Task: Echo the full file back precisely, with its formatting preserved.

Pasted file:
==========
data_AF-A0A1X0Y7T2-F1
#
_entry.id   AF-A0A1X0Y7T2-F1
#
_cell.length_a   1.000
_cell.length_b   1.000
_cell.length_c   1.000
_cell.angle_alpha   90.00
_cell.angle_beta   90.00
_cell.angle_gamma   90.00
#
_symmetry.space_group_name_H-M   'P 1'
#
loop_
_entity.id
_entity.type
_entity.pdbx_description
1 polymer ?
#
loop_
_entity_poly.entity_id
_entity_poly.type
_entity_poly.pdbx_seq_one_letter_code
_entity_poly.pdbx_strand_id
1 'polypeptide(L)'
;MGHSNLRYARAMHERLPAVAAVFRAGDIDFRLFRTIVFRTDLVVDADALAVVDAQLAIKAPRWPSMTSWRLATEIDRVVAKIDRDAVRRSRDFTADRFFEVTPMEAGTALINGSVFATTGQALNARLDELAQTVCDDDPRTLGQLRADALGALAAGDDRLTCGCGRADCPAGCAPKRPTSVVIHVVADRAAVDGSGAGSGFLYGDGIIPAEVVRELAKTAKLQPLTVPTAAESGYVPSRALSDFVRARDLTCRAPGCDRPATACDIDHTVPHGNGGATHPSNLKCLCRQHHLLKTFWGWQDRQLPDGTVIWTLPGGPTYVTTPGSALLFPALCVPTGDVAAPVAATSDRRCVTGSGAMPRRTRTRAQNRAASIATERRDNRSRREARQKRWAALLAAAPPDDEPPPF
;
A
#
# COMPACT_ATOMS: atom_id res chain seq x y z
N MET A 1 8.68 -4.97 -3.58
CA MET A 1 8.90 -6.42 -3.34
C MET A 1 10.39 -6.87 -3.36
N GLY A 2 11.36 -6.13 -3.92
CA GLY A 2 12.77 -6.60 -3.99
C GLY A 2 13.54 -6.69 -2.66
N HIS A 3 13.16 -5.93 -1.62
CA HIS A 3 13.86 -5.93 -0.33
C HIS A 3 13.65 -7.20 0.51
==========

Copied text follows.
data_AF-A0A1X0Y7T2-F1
#
_entry.id   AF-A0A1X0Y7T2-F1
#
_cell.length_a   1.000
_cell.length_b   1.000
_cell.length_c   1.000
_cell.angle_alpha   90.00
_cell.angle_beta   90.00
_cell.angle_gamma   90.00
#
_symmetry.space_group_name_H-M   'P 1'
#
loop_
_entity.id
_entity.type
_entity.pdbx_description
1 polymer ?
#
loop_
_entity_poly.entity_id
_entity_poly.type
_entity_poly.pdbx_seq_one_letter_code
_entity_poly.pdbx_strand_id
1 'polypeptide(L)'
;MGHSNLRYARAMHERLPAVAAVFRAGDIDFRLFRTIVFRTDLVVDADALAVVDAQLAIKAPRWPSMTSWRLATEIDRVVAKIDRDAVRRSRDFTADRFFEVTPMEAGTALINGSVFATTGQALNARLDELAQTVCDDDPRTLGQLRADALGALAAGDDRLTCGCGRADCPAGCAPKRPTSVVIHVVADRAAVDGSGAGSGFLYGDGIIPAEVVRELAKTAKLQPLTVPTAAESGYVPSRALSDFVRARDLTCRAPGCDRPATACDIDHTVPHGNGGATHPSNLKCLCRQHHLLKTFWGWQDRQLPDGTVIWTLPGGPTYVTTPGSALLFPALCVPTGDVAAPVAATSDRRCVTGSGAMPRRTRTRAQNRAASIATERRDNRSRREARQKRWAALLAAAPPDDEPPPF
;
A
#
# COMPACT_ATOMS: atom_id res chain seq x y z
N MET A 1 8.68 -4.97 -3.58
CA MET A 1 8.90 -6.42 -3.34
C MET A 1 10.39 -6.87 -3.36
N GLY A 2 11.36 -6.13 -3.92
CA GLY A 2 12.77 -6.60 -3.99
C GLY A 2 13.54 -6.69 -2.66
N HIS A 3 13.16 -5.93 -1.62
CA HIS A 3 13.86 -5.93 -0.33
C HIS A 3 13.65 -7.20 0.51